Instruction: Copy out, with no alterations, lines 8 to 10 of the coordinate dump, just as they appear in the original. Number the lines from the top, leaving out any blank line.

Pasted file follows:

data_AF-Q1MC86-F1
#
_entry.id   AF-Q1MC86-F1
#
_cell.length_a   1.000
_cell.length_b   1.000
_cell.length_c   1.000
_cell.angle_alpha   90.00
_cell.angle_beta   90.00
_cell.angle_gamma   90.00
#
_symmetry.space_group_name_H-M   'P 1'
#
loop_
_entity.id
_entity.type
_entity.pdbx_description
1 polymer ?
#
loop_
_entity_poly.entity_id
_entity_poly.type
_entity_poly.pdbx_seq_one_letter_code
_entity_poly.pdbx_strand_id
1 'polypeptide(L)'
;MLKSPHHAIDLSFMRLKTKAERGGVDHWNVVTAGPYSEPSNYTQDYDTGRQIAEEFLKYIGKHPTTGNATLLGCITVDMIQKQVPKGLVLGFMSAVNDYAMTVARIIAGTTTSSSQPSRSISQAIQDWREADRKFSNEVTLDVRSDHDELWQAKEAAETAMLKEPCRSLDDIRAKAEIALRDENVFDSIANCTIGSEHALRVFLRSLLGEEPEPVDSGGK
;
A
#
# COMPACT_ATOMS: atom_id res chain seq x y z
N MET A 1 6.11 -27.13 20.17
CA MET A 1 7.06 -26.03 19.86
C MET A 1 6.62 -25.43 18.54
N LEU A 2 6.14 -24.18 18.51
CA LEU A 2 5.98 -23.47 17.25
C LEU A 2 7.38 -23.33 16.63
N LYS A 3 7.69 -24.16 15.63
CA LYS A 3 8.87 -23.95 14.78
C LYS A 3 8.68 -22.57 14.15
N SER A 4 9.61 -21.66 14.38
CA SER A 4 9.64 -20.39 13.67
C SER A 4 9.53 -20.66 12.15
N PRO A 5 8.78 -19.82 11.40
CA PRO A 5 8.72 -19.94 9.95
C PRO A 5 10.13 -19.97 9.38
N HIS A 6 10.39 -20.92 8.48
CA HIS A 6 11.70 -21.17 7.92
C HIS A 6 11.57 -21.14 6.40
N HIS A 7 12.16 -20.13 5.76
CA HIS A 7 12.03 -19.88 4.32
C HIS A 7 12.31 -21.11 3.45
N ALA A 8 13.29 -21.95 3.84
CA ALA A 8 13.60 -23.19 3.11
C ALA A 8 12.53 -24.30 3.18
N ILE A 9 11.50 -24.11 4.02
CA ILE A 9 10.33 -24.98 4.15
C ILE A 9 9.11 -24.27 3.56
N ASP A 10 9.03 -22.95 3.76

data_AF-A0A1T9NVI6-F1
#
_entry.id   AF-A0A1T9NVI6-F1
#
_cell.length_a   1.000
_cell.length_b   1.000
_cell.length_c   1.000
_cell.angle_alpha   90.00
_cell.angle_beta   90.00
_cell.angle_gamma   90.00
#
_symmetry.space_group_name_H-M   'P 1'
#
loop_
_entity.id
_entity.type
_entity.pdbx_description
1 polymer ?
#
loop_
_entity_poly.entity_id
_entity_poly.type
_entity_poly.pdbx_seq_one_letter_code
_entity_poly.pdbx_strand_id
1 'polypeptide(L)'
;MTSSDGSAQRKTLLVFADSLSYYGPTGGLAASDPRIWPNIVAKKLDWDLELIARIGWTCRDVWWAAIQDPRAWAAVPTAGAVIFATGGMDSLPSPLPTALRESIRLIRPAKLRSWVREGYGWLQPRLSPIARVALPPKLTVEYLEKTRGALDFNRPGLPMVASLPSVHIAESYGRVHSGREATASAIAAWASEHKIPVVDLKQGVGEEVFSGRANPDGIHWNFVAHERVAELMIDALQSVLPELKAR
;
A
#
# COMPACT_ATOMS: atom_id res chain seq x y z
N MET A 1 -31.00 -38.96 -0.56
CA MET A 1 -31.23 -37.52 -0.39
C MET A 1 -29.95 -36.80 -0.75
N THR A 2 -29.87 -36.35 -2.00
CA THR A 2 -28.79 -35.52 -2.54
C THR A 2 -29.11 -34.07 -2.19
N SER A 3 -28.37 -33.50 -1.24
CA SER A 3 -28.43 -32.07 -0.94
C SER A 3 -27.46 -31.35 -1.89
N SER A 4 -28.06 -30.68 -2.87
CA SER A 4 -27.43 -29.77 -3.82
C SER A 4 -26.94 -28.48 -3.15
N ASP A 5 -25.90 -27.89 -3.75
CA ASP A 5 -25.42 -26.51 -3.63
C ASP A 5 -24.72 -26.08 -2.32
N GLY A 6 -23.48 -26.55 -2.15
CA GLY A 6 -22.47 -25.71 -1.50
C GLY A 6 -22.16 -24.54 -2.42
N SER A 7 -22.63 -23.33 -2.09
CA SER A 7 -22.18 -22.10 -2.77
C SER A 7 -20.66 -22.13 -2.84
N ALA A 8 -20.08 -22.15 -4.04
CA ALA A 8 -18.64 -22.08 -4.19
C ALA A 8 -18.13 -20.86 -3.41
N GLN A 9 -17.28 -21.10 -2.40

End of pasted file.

_cell.angle_alpha   90.00
_cell.angle_beta   90.00
_cell.angle_gamma   90.00